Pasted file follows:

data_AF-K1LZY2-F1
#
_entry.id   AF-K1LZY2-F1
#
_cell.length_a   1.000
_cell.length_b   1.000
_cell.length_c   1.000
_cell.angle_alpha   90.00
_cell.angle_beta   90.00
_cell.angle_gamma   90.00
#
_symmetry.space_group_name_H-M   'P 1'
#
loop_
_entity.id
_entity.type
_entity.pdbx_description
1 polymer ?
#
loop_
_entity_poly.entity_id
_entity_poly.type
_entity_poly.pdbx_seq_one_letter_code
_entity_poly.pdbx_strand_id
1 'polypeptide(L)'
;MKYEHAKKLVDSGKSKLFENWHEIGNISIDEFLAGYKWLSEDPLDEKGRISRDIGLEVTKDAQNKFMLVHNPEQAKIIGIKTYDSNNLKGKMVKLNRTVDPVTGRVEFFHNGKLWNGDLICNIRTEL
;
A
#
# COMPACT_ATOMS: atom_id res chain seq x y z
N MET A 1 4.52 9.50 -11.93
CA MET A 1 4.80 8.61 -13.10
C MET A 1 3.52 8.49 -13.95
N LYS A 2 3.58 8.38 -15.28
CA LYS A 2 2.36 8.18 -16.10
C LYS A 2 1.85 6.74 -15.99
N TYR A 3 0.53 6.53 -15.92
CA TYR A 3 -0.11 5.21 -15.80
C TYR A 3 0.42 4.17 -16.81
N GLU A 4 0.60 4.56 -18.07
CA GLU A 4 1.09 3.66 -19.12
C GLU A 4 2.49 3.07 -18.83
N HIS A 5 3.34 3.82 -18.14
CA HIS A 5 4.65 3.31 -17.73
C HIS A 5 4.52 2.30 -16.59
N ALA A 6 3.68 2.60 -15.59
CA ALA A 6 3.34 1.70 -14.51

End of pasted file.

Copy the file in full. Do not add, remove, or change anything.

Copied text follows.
data_AF-K1LZY2-F1
#
_entry.id   AF-K1LZY2-F1
#
_cell.length_a   1.000
_cell.length_b   1.000
_cell.length_c   1.000
_cell.angle_alpha   90.00
_cell.angle_beta   90.00
_cell.angle_gamma   90.00
#
_symmetry.space_group_name_H-M   'P 1'
#
loop_
_entity.id
_entity.type
_entity.pdbx_description
1 polymer ?
#
loop_
_entity_poly.entity_id
_entity_poly.type
_entity_poly.pdbx_seq_one_letter_code
_entity_poly.pdbx_strand_id
1 'polypeptide(L)'
;MKYEHAKKLVDSGKSKLFENWHEIGNISIDEFLAGYKWLSEDPLDEKGRISRDIGLEVTKDAQNKFMLVHNPEQAKIIGIKTYDSNNLKGKMVKLNRTVDPVTGRVEFFHNGKLWNGDLICNIRTEL
;
A
#
# COMPACT_ATOMS: atom_id res chain seq x y z
N MET A 1 4.52 9.50 -11.93
CA MET A 1 4.80 8.61 -13.10
C MET A 1 3.52 8.49 -13.95
N LYS A 2 3.58 8.38 -15.28
CA LYS A 2 2.36 8.18 -16.10
C LYS A 2 1.85 6.74 -15.99
N TYR A 3 0.53 6.53 -15.92
CA TYR A 3 -0.11 5.21 -15.80
C TYR A 3 0.42 4.17 -16.81
N GLU A 4 0.60 4.56 -18.07
CA GLU A 4 1.09 3.66 -19.12
C GLU A 4 2.49 3.07 -18.83
N HIS A 5 3.34 3.82 -18.14
CA HIS A 5 4.65 3.31 -17.73
C HIS A 5 4.52 2.30 -16.59
N ALA A 6 3.68 2.60 -15.59
CA ALA A 6 3.34 1.70 -14.51